Abstract: This is joint work with Carey Caginalp. The relationship between price volatility and a market extremum is examined using a fundamental economics model of supply and demand. By examining randomness through a microeconomic setting, we obtain the implications of randomness in the supply and demand, rather than assuming that price has randomness on an empirical basis. Within a very general setting the volatility has a maximum that precedes the extremum of the price. A key issue is that randomness arises from the supply and demand, and the variance in the stochastic differential equation governing the logarithm of price must reflect this. Analogous results are obtained by further assuming that the supply and demand are dependent on the deviation from fundamental value of the asset.

Spring 2018

The seminar talks are in Von Neumann Hall VN 116 (545 W Palm Ave corner of W Palm Ave and railroad, Orange, CA 92866). Sometimes there will be a change of venue and the announcement will reflect this change.

See [ Maps and directions], Von Neumann Hall is Building 48 on the Campus Map [ Campus map]

Friday, May 11th at 3:00pm, Von Neumann Hall, tea and cookies at 2:30pm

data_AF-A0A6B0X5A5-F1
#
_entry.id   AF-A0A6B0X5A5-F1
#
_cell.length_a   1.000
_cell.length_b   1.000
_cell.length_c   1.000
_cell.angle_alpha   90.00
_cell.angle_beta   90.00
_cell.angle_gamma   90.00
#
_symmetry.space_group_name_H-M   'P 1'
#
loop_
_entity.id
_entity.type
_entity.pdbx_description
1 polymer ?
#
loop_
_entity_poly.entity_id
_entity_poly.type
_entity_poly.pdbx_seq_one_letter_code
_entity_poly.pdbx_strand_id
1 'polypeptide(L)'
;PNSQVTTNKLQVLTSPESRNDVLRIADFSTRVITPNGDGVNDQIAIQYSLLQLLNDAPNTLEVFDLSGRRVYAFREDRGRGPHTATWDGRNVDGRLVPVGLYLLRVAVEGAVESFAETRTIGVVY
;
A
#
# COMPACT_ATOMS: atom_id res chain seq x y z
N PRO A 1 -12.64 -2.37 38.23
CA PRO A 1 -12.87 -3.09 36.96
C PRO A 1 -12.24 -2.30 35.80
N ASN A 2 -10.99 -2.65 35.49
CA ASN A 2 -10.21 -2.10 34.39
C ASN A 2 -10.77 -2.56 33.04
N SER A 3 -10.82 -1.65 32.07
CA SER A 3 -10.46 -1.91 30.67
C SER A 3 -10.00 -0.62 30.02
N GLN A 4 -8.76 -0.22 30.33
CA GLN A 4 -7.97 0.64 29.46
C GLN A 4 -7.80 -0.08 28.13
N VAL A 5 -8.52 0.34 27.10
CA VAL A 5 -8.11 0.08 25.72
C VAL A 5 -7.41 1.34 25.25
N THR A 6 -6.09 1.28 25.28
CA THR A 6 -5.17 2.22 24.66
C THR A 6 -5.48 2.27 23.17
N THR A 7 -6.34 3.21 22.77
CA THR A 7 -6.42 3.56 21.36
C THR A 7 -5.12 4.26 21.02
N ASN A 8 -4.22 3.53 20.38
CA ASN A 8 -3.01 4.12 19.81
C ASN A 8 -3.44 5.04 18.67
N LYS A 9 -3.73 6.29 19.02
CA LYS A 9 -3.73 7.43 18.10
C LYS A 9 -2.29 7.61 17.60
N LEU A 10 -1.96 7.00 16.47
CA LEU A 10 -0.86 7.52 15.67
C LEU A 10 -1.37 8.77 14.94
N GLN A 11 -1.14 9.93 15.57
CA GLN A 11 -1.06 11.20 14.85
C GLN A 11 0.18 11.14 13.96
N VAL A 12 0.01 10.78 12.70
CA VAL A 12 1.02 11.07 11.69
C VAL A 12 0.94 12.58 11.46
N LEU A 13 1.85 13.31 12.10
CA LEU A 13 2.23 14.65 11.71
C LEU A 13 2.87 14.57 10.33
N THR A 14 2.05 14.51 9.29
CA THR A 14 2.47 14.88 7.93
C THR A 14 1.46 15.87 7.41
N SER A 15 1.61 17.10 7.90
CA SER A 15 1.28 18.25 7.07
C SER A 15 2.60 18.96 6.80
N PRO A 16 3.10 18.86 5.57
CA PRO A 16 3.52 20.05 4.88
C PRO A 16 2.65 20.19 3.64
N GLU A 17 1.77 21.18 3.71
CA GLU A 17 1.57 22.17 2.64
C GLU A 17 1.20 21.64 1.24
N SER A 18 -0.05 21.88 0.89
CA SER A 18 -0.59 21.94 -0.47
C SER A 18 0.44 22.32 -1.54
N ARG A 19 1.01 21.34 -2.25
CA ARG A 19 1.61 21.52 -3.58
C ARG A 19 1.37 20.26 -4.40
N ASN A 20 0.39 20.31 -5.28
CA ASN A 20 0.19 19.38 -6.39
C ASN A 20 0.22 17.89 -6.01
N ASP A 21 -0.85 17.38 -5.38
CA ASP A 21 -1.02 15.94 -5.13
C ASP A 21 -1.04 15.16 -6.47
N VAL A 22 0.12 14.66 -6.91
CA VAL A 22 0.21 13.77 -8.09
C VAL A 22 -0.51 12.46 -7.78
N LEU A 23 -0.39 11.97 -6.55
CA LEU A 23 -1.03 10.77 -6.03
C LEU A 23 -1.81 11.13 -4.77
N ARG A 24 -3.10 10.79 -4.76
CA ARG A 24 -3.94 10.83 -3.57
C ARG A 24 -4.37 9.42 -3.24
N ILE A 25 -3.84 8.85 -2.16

Speaker: Dr. Nadia Ahmed, Saddleback

Title: Consumer-centric Residential Demand Side Management

Abstract: Energy Management Systems (EMS) are mainly price driven with minimal consumer interaction. To improve the effectiveness of EMS in the context of demand response, an alternative EMS control framework driven by resident behavior patterns is developed. Using hidden Markov modeling techniques, the EMS detects consumer behavior from real-time aggregate consumption and a pre-built dictionary of reference models. These models capture variations in consumer habits as a function of daily living activity sequence. Following a training period, the system identifies the best fit model which is used to estimate the current state of the resident. When a request to activate a time-shiftable appliance is made, the control agent compares grid signals, user convenience constraints, and the current consumer state estimate to predict the likelihood that the future aggregate load exceeds a consumption threshold during the operating cycle of the requested device. Based on the outcome, the control agent initiates or defers the activation request. In an extension of this work, a battery health conscious stochastic dynamic programming control framework is introduced as part of a greater cyber physical system which incorporates the harvesting unit, the storage unit, the residential load profile, the weather, the weather forecast, the utility, and consumer preferences into a unified Markov decision process.